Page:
On Saturday, NYU economics professor Nouriel Roubini wrote that a run on Goldman Sachs
In truth, the conditions on which Roubini predicated his dire forecast were not fully met. Nonetheless, in a sign of how serious the current crisis has become, the market appears to be frog-marching Goldman and Morgan Stanley toward a similar fate as that of Merrill Lynch
On the heels of American International Group's
Morgan pricks up its ears
Morgan Stanley appears to be listening intently to the market's message. CEO John Mack is reportedly weighing whether to remain independent or merge with a well-capitalized commercial bank. He surely wants to avoid the ignominious fate Lehman suffered as a result of its blinkered management.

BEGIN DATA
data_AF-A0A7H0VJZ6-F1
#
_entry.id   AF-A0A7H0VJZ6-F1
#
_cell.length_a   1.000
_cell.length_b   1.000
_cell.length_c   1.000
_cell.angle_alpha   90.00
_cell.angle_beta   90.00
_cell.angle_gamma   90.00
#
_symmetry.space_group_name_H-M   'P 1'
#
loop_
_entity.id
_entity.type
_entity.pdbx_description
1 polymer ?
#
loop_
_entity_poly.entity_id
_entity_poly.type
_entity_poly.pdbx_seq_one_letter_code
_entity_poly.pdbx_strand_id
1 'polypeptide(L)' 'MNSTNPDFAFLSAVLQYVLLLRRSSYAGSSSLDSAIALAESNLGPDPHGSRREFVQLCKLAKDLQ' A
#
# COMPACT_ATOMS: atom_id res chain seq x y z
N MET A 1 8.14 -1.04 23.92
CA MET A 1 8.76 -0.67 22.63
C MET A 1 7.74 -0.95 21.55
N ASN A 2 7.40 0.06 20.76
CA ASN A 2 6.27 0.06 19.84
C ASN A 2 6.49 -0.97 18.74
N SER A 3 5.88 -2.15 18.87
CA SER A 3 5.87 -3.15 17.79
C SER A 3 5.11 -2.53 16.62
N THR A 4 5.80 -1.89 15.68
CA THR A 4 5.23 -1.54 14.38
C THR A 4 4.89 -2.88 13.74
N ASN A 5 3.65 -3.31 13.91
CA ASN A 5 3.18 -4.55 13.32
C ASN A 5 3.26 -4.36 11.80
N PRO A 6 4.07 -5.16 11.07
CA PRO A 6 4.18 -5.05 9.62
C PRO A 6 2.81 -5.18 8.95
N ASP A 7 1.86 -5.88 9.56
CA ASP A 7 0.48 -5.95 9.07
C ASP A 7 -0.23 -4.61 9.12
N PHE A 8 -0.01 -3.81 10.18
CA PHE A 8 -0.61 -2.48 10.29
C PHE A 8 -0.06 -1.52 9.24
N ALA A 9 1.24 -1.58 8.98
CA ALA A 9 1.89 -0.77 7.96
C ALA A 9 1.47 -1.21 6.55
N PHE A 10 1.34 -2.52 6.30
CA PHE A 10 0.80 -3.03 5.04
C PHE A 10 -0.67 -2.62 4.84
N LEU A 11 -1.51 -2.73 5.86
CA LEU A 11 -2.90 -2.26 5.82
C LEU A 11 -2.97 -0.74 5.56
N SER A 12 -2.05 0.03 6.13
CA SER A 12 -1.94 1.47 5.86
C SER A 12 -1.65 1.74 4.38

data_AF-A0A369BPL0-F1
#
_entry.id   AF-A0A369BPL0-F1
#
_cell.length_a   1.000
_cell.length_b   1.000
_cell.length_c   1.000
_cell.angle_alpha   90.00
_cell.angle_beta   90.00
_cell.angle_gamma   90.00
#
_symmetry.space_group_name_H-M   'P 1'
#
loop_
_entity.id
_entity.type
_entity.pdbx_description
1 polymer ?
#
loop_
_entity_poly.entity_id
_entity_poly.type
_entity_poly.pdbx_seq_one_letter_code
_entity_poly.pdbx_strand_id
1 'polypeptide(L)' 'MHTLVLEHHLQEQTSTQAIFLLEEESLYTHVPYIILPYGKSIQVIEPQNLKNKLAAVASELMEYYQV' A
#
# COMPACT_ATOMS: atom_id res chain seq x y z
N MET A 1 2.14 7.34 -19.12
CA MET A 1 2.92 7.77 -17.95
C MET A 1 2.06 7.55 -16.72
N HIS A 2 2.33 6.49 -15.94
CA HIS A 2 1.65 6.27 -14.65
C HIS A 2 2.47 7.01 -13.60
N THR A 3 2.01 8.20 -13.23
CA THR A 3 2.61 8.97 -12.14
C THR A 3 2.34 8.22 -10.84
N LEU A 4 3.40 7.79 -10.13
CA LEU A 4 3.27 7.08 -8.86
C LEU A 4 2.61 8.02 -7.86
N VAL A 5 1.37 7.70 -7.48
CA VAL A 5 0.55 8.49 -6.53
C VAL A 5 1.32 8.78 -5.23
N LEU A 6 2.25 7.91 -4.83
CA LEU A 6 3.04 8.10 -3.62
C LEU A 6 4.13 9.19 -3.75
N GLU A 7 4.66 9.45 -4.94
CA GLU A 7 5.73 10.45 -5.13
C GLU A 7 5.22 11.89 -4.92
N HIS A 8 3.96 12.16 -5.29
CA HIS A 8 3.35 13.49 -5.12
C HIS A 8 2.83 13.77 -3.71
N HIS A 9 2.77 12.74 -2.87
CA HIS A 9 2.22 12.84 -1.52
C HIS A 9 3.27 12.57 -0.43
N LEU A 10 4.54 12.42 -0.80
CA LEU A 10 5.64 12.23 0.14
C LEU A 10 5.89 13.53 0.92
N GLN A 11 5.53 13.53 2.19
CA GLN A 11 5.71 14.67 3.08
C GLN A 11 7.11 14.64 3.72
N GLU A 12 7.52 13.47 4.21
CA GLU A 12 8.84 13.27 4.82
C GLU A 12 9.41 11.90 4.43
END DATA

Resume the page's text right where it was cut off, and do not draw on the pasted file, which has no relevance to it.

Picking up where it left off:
(After failing to find a buyer this weekend, Lehman has begun bankruptcy proceedings, although its U.S. broker-dealer subsidiary will be acquired by U.K. bank Barclays
The end of the modern investment bank?
Yesterday, I wrote that Goldman and Morgan Stanley wouldn't suffer the same crisis of confidence that toppled Lehman and Merrill. In this market, things change with frightening speed. It looks like I may have been wrong, while Roubini may have been right. We could very well be witnessing the death throes of the modern U.S. investment bank.
Further credit-crunching Foolishness:
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Fool contributor Alex Dumortier, CFA has no beneficial interest in any of the companies mentioned in this article. Bank of America is a Motley Fool Income Investor recommendation. The Motley Fool has a disclosure policy.